Dead Emerson has always created music that makes you feel like a main character, one listen to his past release Siddhartha and you’ll spontaneously be leaping in your car and venturing out onto the open road with the wind in your hair, not knowing where you’re going but just excited to be going somewhere. His music invigorates us as he finds that little spark that can ignite a forest fire of passion, whether it be through his observations of adolescence or the commercialisation and myth of the American Dream he makes empowering manifesto driven statements with pure ferocity. Summer anthems, introspective thought-provokers, cathartic anger belters, whatever mood you’re in Dead Emerson has a song for it and he’s showcasing that today as he finds the beauty within the uglier moments of life.
Going down as my favourite track of his to date, Eleventh Hour is an evocative single that highlights the raw beauty of his vocal, reminiscent of alternative rock during the early 90’s, as he channels his dissociative feelings through a poetically poignant lyrical display. Utilising a sonic palette of abrasive grunge influence guitar riffs and thumping drums, we envision his struggle to answer the question of what his identity is. Every moment feels like we’re witnessing his pain, all he wants is to feel at home again within his skin but is battling every moment of it and can’t seem to get a victory. His upcoming EP And, Action! looks to answer this question as he searches for his resolution, be prepared for a marvellous project if this is just a small taste of what’s to come.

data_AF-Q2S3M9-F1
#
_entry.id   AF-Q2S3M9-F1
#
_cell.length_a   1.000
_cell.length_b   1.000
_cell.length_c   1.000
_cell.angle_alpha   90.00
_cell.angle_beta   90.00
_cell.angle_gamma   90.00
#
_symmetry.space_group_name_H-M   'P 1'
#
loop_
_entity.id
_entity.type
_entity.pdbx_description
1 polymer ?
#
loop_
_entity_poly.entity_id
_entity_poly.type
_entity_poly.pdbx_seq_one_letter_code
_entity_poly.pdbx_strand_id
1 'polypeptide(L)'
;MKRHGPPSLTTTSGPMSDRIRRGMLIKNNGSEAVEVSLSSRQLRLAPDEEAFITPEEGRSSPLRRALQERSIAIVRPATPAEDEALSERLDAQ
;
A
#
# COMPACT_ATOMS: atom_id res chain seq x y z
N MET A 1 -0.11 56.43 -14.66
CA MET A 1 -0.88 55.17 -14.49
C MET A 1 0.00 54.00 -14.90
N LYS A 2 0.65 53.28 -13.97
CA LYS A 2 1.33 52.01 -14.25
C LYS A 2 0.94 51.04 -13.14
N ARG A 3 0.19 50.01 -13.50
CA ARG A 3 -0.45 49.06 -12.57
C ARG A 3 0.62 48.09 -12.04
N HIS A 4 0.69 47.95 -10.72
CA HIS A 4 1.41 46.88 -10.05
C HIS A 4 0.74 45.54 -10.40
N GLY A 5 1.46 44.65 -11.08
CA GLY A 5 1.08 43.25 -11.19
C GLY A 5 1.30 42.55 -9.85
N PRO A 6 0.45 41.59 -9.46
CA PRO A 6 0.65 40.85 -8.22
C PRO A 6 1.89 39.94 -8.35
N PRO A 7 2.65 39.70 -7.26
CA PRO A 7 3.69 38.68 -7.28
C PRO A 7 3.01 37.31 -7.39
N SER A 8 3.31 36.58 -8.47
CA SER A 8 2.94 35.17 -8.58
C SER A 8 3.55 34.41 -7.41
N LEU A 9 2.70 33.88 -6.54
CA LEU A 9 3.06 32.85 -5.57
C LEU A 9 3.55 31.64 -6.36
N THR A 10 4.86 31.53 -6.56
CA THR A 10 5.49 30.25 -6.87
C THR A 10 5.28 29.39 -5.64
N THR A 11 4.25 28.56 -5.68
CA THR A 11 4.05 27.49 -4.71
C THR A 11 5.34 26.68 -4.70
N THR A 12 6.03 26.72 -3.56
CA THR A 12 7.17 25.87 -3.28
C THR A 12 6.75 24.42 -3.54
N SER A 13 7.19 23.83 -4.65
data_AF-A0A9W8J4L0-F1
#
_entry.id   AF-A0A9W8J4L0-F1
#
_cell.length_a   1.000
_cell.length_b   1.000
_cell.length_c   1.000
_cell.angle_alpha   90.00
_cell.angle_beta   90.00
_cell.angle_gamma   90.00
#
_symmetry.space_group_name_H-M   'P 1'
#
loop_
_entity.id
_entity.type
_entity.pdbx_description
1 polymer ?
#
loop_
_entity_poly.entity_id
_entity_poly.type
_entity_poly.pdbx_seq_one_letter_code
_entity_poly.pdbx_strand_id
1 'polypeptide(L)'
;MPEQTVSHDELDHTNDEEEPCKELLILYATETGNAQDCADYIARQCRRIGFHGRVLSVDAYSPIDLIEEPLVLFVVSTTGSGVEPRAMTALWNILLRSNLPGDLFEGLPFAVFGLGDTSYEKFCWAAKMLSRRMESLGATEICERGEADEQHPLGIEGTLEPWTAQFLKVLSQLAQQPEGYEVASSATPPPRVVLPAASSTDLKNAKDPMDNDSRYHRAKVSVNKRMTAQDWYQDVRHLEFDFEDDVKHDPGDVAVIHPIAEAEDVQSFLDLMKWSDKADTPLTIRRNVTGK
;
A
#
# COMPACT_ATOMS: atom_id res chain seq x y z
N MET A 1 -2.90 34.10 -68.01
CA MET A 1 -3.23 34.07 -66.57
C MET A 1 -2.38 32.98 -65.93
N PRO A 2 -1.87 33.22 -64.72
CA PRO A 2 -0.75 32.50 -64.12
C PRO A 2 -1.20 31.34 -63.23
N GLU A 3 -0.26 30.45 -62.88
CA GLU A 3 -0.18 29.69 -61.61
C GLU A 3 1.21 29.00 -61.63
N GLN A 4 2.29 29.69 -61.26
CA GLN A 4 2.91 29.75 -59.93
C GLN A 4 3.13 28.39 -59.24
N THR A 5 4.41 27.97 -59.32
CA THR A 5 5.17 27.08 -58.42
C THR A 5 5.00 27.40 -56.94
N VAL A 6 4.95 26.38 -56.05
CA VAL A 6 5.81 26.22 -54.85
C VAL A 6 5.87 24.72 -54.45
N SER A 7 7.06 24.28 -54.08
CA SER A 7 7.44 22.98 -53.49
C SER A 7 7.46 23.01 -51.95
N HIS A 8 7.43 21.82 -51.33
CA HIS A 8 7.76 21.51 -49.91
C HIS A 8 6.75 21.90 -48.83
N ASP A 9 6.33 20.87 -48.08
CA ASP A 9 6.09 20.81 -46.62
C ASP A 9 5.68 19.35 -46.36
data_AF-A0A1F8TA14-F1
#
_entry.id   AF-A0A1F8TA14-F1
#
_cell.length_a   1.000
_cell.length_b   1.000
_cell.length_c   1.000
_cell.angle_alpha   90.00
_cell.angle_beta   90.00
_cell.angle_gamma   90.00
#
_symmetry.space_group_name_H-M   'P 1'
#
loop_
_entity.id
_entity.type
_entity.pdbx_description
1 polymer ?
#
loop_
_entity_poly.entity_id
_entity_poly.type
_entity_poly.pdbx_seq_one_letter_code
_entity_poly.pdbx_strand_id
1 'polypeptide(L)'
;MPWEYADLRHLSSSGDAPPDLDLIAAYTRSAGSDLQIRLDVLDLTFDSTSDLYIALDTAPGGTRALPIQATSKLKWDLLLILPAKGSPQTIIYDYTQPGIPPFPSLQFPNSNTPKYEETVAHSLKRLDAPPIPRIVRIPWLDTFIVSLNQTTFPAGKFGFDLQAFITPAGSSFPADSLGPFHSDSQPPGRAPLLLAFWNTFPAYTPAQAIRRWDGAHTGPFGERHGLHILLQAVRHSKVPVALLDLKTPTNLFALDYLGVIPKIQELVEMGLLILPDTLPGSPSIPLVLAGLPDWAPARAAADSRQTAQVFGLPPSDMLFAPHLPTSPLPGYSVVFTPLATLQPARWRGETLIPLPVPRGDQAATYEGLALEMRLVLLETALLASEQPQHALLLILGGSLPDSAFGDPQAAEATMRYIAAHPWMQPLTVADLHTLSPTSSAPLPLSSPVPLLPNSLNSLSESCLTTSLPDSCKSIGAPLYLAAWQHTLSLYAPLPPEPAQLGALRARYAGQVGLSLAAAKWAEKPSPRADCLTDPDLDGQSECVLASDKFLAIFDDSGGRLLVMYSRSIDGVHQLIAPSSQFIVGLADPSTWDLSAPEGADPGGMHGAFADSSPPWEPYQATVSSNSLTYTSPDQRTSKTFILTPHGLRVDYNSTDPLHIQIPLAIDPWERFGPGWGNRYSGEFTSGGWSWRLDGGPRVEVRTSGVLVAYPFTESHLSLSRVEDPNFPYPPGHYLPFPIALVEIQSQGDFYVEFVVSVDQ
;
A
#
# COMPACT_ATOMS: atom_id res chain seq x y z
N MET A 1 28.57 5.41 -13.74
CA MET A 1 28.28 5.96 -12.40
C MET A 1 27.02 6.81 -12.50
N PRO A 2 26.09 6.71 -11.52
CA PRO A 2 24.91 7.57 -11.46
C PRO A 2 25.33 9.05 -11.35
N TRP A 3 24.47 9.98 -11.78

“A while back I had a long dissociative bout where I felt that every day was an out of body experience. I think it happened, in part, because I was struggling to answer serious questions about my identity, belief system, and self. I’ve always been a skeptic, but it backfired on me and put me in a place where I became paranoid. I think my conscience kept trying to remove itself just to cope. I woke up in the middle of the night and began telling myself that I couldn’t do this anymore; I just wanted my body and self back. And so I began writing the lines of the chorus because it was the only thing I understood– my body was not my body and I just wanted to be in my own skin again.”